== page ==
Neighborhood groups and apps are another resource for local pet sitters if a friend or family member isn’t available, but a service still feels too commercial. Asking for recommendations is a great place to start, as there will be a variety of first-hand experiences to help narrow down excellent potential cat or dog sitter candidates – not to mention rule out completely unsuitable ones.
Working With A Pet Sitter
Once a pet sitter has been selected, the ideal next step is to introduce the sitter to their furry charge. Arrange a meeting at the home during a mutually convenient time, and allow the sitter and dog some time and space to get to know one another. A little light bribery – e.g., a favorite treat, a walk, some belly rubs – won’t go wrong here, and will make a great first impression on a cautious or uncertain pup.
When a dog sees, smells, and experiences the “new” human in close, friendly proximity to his pet parent, he will be more at ease if the same human shows up alone later on. This makes the pet sitting experience less jarring on a canine companion, and reduces the chance that separation anxiety or stranger apprehension will trigger bad behavior once he’s unsupervised once more.
Use the time together to escort the sitter around the home, pointing out any unusual door latches, “off limits” areas, and “potty corners” in the yard so they know what to expect. If time permits, going through the normal routine while the sitter observes can also be helpful – and may also be easier than laboriously writing down everything from start to finish.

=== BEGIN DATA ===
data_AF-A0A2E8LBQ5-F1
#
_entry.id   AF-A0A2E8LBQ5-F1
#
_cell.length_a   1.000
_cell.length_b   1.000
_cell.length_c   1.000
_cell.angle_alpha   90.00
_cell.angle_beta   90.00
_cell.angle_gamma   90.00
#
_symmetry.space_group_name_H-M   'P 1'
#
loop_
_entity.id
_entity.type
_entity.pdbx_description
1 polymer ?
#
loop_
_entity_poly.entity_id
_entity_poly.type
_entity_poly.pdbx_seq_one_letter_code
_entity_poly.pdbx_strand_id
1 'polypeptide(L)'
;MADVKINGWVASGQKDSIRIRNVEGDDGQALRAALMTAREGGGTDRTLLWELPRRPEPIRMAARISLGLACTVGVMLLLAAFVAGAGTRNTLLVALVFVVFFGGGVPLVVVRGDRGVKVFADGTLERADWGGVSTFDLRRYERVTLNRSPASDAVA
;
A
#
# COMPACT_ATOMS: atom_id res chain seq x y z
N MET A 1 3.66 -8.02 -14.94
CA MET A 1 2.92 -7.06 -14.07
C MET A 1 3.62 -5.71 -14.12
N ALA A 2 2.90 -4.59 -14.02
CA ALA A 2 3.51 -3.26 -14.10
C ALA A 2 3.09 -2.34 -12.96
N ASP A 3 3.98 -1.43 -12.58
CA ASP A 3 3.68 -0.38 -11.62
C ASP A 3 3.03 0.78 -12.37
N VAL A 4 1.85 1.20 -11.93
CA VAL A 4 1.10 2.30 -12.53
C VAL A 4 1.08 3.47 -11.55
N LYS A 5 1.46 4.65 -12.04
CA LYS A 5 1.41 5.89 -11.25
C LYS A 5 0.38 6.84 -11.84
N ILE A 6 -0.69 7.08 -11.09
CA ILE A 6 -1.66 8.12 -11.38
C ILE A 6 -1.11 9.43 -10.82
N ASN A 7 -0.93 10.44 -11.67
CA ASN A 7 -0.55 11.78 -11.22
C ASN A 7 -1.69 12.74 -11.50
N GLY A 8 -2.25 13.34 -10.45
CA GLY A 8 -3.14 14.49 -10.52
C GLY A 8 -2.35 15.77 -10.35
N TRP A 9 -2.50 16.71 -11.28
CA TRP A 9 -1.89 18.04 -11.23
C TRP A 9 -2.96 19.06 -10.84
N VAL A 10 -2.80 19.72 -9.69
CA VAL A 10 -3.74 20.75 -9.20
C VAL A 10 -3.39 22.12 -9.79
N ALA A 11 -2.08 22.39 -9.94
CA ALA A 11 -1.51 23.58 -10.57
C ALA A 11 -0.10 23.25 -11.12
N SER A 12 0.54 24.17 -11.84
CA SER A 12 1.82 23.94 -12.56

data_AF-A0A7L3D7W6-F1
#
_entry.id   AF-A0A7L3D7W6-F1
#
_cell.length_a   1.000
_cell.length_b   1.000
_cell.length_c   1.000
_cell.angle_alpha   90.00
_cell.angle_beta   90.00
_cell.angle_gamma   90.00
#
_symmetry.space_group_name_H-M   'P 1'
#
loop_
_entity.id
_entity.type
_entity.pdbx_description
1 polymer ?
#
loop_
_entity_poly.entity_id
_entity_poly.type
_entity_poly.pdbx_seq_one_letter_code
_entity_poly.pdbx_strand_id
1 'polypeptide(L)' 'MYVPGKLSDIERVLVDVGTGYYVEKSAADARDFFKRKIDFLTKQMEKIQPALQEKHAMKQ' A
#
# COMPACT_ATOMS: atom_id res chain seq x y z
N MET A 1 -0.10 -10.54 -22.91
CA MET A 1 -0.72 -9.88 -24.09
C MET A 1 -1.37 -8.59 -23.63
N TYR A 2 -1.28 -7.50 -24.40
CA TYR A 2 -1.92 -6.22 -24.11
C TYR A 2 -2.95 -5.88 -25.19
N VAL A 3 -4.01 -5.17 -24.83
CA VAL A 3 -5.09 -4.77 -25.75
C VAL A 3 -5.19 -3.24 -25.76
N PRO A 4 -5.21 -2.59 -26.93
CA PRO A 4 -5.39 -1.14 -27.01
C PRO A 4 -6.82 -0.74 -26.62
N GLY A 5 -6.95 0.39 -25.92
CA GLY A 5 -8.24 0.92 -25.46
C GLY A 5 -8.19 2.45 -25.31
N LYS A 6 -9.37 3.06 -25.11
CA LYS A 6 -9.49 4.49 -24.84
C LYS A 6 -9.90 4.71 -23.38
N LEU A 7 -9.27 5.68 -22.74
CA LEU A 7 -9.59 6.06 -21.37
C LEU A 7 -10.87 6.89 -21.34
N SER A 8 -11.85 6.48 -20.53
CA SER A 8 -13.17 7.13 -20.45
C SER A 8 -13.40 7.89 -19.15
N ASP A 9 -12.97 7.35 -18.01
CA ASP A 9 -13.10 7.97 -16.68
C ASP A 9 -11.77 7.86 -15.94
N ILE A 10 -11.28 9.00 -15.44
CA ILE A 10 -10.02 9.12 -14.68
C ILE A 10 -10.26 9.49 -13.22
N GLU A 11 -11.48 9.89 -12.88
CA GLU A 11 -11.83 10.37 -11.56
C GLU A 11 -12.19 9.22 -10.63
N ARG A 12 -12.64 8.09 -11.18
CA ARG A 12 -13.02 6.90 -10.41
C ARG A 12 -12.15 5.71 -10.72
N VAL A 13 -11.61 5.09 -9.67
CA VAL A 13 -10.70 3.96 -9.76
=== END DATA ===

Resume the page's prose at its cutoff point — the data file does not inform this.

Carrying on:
Technology & Pet Sitting
With technology such as in-home and exterior security cameras both affordable and readily available, more than 30% of American homes currently have some sort of smart devices installed. If a pet parent has access to cameras inside or outside of their home, there’s no harm in checking up on their furry friend while they’re traveling. While tech etiquette is still evolving, most experts agree it’s a good idea – and polite – to allude to any existing cameras in pet-sitting instructions.
For the security-minded pet parent, smart door knobs, locks, and lights can also be configured to let a sitter in at a specific time without giving them the same unfettered access a physical key would. As a bonus, this step can also help save electricity and provide the illusion of occupancy through lighting, potentially deterring opportunistic thieves while a pet owner is on vacation.
Pet Sitting Instructions
Similar to instructions created for babysitters, a list of instructions for dog sitter or cat sitter caregivers should always include key information. Not sure what information to leave for a dog sitter? Stick to the basics and include the following info:
- Any pet parent contact information, including cell phone number and the name and room number of a hotel (if applicable).
- The dog’s vet and emergency vet contact information, including the phone number and street address of the vet office(s), hours of operation, dog’s name, and pet parent’s name as it appears in the vet’s files. This will expedite treatment if a medical concern arises, improving the chances that an injured or ailing dog will make a full recovery.